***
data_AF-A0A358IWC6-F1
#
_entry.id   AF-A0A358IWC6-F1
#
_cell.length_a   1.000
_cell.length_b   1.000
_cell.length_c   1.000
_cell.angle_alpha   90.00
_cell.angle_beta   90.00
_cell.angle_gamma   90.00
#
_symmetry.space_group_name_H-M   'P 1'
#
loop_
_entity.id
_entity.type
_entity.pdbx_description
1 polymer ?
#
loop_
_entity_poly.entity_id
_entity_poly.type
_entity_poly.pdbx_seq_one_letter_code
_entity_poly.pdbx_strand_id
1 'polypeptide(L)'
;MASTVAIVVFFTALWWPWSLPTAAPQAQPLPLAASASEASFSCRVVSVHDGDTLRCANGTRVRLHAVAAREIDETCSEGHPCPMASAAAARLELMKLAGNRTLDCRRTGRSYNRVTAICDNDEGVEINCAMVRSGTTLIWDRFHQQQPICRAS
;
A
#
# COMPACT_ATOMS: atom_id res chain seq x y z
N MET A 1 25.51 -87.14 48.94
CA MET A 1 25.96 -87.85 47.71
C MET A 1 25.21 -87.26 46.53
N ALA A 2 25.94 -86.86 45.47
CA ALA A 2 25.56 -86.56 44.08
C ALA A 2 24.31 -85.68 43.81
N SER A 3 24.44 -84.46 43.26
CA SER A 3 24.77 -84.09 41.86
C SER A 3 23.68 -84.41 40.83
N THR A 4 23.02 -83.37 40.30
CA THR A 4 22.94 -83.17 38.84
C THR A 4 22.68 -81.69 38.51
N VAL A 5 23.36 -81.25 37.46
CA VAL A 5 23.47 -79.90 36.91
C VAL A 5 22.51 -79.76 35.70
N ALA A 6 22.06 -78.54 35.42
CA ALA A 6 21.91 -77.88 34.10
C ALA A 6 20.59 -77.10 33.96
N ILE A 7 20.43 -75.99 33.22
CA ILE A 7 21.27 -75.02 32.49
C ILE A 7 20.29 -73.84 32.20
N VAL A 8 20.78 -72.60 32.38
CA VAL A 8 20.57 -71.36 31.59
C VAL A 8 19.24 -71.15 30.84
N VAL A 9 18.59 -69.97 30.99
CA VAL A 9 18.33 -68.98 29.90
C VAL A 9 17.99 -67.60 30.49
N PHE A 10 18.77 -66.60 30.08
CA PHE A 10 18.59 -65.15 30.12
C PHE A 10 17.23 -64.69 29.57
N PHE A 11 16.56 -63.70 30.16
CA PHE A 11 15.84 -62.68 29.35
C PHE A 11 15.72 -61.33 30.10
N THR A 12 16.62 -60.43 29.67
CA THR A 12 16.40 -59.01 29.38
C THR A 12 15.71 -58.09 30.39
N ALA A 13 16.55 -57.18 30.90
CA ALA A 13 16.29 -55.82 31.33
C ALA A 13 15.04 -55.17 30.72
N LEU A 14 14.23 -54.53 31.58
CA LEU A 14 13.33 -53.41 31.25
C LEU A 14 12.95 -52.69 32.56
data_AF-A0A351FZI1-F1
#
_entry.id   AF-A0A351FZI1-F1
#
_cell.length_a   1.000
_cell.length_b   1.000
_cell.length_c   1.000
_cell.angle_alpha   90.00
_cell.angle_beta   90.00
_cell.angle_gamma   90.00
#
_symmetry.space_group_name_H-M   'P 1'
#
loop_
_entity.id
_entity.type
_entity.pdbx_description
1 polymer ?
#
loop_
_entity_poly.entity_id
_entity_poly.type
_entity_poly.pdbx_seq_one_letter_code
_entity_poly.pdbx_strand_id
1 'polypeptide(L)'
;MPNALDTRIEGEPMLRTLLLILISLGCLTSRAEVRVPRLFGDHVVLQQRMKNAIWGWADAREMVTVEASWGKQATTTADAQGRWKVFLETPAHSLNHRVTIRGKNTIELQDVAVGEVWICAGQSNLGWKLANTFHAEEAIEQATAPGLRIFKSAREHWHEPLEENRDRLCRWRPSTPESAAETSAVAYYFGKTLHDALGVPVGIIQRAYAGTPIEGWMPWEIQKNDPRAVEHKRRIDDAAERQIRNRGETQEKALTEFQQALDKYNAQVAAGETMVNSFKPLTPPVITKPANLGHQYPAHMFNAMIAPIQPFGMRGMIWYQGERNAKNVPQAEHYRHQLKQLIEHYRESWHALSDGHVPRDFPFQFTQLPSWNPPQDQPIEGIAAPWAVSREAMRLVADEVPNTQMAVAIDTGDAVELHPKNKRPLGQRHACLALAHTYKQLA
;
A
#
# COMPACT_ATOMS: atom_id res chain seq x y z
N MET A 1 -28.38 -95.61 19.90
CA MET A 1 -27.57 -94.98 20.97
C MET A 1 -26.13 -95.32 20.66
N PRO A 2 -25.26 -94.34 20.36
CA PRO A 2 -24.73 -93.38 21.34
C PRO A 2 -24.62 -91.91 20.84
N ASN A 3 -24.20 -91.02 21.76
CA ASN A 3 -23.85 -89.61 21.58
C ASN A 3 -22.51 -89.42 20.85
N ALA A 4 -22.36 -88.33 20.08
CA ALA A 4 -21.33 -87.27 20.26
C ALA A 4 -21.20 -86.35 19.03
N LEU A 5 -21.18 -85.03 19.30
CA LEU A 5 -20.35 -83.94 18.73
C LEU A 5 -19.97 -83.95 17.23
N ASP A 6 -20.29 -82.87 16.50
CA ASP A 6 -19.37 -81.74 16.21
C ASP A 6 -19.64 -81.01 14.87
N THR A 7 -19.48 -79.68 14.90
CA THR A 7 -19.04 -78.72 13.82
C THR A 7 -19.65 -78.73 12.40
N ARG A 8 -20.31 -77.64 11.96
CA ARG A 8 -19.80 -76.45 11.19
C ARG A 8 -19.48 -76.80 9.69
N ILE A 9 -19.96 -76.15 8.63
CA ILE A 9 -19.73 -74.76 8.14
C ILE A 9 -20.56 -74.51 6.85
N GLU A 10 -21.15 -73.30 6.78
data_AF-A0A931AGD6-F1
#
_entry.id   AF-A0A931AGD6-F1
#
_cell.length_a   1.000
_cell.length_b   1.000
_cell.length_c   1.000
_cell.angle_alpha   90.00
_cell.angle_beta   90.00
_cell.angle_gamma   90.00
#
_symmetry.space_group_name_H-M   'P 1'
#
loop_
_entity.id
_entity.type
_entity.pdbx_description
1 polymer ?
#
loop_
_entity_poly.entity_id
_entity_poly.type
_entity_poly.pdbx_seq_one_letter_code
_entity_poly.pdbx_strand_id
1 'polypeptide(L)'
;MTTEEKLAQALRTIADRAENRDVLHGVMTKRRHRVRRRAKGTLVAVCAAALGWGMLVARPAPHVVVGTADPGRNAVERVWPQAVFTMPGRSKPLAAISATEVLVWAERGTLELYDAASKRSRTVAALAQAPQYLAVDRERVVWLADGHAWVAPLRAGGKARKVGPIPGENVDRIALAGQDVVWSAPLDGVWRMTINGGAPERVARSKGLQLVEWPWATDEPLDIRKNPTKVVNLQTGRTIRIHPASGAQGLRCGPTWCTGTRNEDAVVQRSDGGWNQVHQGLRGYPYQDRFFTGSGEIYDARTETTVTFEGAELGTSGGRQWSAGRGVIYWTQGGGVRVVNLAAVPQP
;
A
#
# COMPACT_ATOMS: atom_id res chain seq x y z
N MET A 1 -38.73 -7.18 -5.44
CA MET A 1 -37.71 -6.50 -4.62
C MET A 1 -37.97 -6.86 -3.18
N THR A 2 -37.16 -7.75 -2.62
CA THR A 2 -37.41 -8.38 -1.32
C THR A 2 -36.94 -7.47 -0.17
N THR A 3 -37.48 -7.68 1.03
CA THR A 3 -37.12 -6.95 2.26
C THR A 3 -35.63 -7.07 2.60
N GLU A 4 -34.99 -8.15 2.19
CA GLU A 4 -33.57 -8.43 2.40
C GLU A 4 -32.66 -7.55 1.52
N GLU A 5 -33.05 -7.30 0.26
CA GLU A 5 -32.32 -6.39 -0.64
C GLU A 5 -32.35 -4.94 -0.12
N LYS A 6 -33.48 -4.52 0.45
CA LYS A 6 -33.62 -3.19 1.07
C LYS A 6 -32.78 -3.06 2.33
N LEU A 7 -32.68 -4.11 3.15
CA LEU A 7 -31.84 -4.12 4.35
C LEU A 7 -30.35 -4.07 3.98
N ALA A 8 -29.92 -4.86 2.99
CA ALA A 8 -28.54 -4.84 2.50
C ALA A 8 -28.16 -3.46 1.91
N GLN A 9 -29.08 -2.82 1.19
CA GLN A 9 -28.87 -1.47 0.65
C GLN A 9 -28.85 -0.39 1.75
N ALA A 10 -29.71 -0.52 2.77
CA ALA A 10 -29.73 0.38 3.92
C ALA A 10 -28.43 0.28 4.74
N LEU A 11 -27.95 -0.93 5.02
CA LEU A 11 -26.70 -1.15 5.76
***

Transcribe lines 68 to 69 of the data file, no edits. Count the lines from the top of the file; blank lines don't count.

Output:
CA ALA A 13 16.29 -55.82 31.33
C ALA A 13 15.04 -55.17 30.72